Ctitch has been a long-running personal project of mine that has really become the management system for my personal life and for my various freelance and personal projects. Since I started the project several years ago, I always knew that it was going to suffer from being too broad of a product and that it would try to do too much, but I was ok with that. It is a project that I started building mainly for myself. I wanted a place where in one screen I could see my daily schedule, my to-do list, various notes, a place to add interesting articles, keep my photos, and make notes on whether I ran, worked out, or ate well (did I mention it's probably trying to do do too much?). It does all of those things currently, and I'm pretty happy with it for managing my days, notes, and projects, but perhaps it's time to reign it in and make some changes so others can utilize what I think is a pretty useful tool.
The Ctitch interface -- A place for notes, lists, bookmarks, and images
The Issues & Advantages of Sprawling Projects
There are several issues that arise when pursuing a large project, mainly:
Jack of All Trades, Master of None
You run the risk of doing lots of things mildly well, but never really developing things to the level that you can in a specialized product. How do you compete with those who just do one thing, and do it well?
Too Broad of a Market
Of course you need to market a product to potential users, and that is always easier if you have a well defined target audience that is as narrow as possible. With a product that does something for everyone, it can be difficult to adequately target a niche.
Bugs & Isssues
The larger the product, the more complexity is involved, and this can introduce bugs, increase time and edge-cases, and just generally making the bug-tracking process a bit of a nightmare.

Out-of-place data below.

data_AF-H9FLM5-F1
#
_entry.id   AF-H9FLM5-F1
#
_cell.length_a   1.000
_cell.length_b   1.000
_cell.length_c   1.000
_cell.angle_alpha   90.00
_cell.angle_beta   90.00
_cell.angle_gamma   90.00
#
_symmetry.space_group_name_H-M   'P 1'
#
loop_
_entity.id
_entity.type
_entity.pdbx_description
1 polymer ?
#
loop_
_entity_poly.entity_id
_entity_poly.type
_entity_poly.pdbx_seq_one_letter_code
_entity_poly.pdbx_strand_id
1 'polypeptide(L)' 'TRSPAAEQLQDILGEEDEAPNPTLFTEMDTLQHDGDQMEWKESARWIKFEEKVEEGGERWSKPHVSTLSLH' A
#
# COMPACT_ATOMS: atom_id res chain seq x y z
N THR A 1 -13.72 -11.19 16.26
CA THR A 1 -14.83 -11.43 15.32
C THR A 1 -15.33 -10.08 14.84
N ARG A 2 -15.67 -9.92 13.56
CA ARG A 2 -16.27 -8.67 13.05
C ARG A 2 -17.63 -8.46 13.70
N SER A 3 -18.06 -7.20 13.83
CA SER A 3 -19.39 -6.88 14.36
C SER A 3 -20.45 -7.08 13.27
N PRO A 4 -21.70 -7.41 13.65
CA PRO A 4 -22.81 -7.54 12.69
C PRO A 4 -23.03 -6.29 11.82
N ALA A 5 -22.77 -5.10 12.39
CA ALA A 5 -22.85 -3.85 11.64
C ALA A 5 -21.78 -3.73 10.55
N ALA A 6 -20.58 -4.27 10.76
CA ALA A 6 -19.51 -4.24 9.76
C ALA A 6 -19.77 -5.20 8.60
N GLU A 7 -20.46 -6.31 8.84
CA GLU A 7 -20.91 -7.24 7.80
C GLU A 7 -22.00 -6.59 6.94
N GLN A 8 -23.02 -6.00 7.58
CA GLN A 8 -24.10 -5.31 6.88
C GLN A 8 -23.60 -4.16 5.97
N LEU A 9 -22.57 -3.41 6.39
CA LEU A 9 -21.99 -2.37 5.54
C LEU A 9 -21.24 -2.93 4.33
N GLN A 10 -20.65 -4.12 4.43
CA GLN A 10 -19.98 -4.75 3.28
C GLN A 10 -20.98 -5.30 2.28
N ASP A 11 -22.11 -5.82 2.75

Expense to Build
Since I'm the sole designer and developer working on Ctitch, the expense involved isn't a tangible loss, but for others who don't self-develop, the expense involved on a large project is obviously going to be greater than for a small project. While there isn't direct financial expense for those like me who design and build our own stuff, we still need to be aware of the time spent, and the opportunity costs of such an endeavor. Every hour that I'm working on one project is time not spent on something else that may yield better results.
Usability and the Learning Curve
You also run the risk of building that is hard to use and understand, since the more functionality there is in a product, the more a user potentially needs to know in order to use it. You also run the risk of creating features that make other features difficult to use.
While there are pretty substantial drawbacks to having a large project, there are some advantages, mainly creating an integrated familiar product that people can't find elsewhere. This of course could be your unique selling proposition.